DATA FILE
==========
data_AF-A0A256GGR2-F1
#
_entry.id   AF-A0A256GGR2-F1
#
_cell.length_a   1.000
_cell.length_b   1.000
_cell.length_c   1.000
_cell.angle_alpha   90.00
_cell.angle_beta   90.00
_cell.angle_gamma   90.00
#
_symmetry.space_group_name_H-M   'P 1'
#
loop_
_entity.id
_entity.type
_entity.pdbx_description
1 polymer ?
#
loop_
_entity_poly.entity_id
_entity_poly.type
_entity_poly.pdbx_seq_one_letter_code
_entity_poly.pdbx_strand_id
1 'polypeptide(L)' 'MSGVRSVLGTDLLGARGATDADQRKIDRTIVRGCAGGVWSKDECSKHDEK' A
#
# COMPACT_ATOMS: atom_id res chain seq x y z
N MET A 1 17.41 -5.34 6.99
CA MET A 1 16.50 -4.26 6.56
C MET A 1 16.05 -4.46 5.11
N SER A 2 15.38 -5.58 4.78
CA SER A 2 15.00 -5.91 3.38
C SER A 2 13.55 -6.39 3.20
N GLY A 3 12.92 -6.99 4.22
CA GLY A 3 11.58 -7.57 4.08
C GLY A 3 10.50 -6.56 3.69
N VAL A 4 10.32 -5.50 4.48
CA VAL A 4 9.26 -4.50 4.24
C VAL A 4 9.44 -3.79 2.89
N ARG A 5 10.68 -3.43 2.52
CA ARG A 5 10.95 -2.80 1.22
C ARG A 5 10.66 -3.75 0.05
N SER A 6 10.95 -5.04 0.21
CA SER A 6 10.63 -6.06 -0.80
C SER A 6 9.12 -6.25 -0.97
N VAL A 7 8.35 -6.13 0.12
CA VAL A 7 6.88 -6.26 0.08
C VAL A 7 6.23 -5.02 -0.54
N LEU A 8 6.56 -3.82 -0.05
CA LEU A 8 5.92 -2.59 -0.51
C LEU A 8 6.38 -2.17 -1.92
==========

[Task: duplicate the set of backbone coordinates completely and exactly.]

data_AF-A0A256GGR2-F1
#
_entry.id   AF-A0A256GGR2-F1
#
_cell.length_a   1.000
_cell.length_b   1.000
_cell.length_c   1.000
_cell.angle_alpha   90.00
_cell.angle_beta   90.00
_cell.angle_gamma   90.00
#
_symmetry.space_group_name_H-M   'P 1'
#
loop_
_entity.id
_entity.type
_entity.pdbx_description
1 polymer ?
#
loop_
_entity_poly.entity_id
_entity_poly.type
_entity_poly.pdbx_seq_one_letter_code
_entity_poly.pdbx_strand_id
1 'polypeptide(L)' 'MSGVRSVLGTDLLGARGATDADQRKIDRTIVRGCAGGVWSKDECSKHDEK' A
#
# COMPACT_ATOMS: atom_id res chain seq x y z
N MET A 1 17.41 -5.34 6.99
CA MET A 1 16.50 -4.26 6.56
C MET A 1 16.05 -4.46 5.11
N SER A 2 15.38 -5.58 4.78
CA SER A 2 15.00 -5.91 3.38
C SER A 2 13.55 -6.39 3.20
N GLY A 3 12.92 -6.99 4.22
CA GLY A 3 11.58 -7.57 4.08
C GLY A 3 10.50 -6.56 3.69
N VAL A 4 10.32 -5.50 4.48
CA VAL A 4 9.26 -4.50 4.24
C VAL A 4 9.44 -3.79 2.89
N ARG A 5 10.68 -3.43 2.52
CA ARG A 5 10.95 -2.80 1.22
C ARG A 5 10.66 -3.75 0.05
N SER A 6 10.95 -5.04 0.21
CA SER A 6 10.63 -6.06 -0.80
C SER A 6 9.12 -6.25 -0.97
N VAL A 7 8.35 -6.13 0.12
CA VAL A 7 6.88 -6.26 0.08
C VAL A 7 6.23 -5.02 -0.54
N LEU A 8 6.56 -3.82 -0.05
CA LEU A 8 5.92 -2.59 -0.51
C LEU A 8 6.38 -2.17 -1.92